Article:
With the myriad cases of cyber-theft and security breaches that headline the news every day, it’s no wonder that system improvements are taking a back seat to security items within most IT organizations. While many vendors highlight new products or features as being better, cheaper, and/or faster, those items are having limited success compared to those that address being secure.
Welcome to the second part of my conversation on security in our modern times. In my last article, I concluded with a mention of the US government’s court order compelling Apple to develop a solution bypassing the security on the San Bernardino terrorists’ phone.
On March 21, 2016, we lost Andy Grove, a founding father of our industry. Andy was a first-generation Hungarian immigrant who became employee number one at Intel. After earning his PhD at Berkeley, he worked with Robert Noyce and Gordon Moore at Fairchild Semiconductor until Moore and Noyce co-founded Intel; Grove joined them there on the day of Intel’s incorporation.
Recently, we upgraded our cloud environment. This raises the question, “What is wrong with the environment after an upgrade?” As tools improve, we get new warnings, messages, and analytics. This often leads to a decision to ensure that after the upgrade, all monitoring, alerts, and other diagnostics show green across the board. Is this required, desirable, and even warranted? Wouldn’t it make sense to understand a change between releases first, before blanket acceptance?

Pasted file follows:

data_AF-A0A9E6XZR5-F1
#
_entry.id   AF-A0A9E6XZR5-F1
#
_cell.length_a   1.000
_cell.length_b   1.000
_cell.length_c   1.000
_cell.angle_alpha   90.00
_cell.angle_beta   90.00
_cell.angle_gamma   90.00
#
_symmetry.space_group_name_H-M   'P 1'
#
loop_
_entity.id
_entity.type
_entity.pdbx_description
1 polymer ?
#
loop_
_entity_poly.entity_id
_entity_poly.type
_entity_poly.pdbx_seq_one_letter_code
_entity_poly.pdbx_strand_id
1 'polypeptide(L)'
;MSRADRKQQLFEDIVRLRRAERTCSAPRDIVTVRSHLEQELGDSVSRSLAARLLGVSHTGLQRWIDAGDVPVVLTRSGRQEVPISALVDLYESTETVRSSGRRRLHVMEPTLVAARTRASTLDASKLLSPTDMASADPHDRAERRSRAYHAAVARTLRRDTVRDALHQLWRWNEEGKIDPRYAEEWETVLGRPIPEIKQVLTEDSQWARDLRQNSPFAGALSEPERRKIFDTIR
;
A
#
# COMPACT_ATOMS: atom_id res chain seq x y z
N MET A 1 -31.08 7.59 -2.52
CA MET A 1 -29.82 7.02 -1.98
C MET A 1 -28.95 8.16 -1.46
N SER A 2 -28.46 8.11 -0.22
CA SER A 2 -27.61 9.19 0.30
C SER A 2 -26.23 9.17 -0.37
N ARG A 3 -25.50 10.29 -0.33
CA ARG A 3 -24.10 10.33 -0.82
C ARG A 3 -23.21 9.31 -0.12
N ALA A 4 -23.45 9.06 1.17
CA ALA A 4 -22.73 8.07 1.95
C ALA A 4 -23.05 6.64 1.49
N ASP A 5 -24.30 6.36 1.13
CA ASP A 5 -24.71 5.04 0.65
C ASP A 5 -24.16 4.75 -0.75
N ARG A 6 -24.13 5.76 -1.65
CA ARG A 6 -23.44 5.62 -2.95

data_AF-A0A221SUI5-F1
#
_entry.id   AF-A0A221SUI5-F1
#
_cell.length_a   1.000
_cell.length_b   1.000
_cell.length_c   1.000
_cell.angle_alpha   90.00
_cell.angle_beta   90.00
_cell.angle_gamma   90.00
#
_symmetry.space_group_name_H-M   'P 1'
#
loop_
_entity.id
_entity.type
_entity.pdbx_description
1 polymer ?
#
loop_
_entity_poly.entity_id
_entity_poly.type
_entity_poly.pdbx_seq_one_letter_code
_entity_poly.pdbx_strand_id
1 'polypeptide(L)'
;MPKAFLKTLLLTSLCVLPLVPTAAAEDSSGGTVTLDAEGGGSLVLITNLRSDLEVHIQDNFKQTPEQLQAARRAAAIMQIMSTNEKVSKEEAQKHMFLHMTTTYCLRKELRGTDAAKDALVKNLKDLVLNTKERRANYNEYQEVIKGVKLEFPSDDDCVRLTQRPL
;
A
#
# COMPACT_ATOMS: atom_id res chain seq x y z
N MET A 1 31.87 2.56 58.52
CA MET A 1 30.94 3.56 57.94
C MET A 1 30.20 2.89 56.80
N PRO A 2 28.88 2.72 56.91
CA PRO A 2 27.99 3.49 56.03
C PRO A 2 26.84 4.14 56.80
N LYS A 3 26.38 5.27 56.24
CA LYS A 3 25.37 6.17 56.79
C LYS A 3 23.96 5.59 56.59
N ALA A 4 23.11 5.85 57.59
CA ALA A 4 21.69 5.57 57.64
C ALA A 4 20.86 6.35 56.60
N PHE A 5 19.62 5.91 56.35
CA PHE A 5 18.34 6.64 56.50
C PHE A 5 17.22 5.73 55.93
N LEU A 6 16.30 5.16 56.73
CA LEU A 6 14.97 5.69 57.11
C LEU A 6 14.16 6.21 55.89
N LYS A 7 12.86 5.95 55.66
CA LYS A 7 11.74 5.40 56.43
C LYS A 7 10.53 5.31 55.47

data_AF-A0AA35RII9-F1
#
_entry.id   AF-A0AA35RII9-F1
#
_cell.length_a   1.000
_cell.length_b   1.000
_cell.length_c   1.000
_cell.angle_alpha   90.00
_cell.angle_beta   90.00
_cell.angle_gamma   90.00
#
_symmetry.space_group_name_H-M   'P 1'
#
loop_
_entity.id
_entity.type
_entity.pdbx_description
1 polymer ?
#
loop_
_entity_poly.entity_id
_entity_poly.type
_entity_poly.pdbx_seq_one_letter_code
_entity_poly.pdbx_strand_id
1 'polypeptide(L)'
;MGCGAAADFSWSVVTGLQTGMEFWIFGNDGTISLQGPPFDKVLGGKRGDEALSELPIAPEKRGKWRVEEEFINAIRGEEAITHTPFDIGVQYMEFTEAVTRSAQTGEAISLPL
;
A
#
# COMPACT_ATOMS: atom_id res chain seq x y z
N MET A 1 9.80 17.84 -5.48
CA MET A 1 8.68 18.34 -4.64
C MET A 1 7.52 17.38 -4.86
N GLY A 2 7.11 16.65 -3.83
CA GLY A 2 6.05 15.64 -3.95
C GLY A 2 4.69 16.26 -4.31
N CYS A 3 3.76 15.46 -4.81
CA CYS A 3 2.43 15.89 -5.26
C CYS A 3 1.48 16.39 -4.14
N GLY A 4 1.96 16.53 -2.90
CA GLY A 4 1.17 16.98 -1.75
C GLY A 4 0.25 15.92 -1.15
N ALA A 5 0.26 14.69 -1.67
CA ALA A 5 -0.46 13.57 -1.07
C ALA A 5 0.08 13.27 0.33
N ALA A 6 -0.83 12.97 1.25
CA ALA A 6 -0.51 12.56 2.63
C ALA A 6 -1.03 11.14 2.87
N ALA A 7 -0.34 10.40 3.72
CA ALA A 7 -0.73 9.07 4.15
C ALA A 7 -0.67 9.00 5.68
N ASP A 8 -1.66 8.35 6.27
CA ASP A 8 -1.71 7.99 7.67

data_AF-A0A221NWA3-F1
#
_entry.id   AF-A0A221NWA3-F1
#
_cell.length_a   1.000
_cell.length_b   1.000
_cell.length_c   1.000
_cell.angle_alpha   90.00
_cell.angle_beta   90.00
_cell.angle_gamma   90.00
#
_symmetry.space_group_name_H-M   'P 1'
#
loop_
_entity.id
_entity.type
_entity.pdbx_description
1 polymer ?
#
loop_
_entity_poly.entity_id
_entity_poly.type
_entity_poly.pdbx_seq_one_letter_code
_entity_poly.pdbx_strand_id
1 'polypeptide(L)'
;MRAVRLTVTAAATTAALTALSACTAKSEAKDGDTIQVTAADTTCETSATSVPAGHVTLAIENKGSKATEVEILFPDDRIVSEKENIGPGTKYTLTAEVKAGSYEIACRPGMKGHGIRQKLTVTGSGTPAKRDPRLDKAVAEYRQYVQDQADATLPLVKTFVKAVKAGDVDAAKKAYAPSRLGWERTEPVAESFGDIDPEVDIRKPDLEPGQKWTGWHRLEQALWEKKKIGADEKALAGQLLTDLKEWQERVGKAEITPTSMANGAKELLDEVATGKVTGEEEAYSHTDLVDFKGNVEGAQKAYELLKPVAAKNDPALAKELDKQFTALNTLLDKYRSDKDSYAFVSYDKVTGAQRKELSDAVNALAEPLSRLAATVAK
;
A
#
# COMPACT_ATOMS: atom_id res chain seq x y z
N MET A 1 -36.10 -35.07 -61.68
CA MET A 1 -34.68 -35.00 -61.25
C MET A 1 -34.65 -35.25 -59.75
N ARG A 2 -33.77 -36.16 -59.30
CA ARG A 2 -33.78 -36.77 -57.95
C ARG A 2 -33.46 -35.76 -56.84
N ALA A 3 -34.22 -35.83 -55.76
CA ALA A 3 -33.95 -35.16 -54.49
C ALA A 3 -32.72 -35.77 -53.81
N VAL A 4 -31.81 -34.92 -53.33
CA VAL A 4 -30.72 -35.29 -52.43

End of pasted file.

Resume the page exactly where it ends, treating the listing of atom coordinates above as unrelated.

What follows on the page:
The use of the cloud is not governed by technology so much as it is governed by cost: the cost of on-premises management, support, expertise, and environment vs. the cost of cloud services and outsourced expertise, management, etc. The cost differential must be high enough in the short term to allow it to become valid in the long term. There are lots of cloud calculators out there. Since Apple, Dropbox, and others have changed clouds or moved to their own data centers, what does this tell us about the future of cloud?
In a previous article, I wrote that customers don’t care whether a hyperconverged solution uses a VSA or runs the storage cluster in-kernel. I stand by that assertion. One of the comments pointed out that I had missed an area of discussion: that of the resource requirements of the VSA itself. I still don’t think that customers care, but for completeness, I’ll examine them. The point here is that the VSA that most HCI vendors use to provide shared storage is usually a fairly beefy VM. The resources allocated to the VSA are not available to run workload VMs. This logic says that the VSA-based HCI can run fewer VMs than an in-kernel-based HCI. The problem with this argument is that most of the VSA resources are doing storage cluster work. Moving the same storage cluster into the kernel requires almost the same resources. The big difference with in-kernel resource usage is that there isn’t something you can easily point to as taking up these resources. VSA resource usage is all assigned to the VSA; in-kernel resource usage can’t be accounted to a single object. There is no smoking gun of resource usage.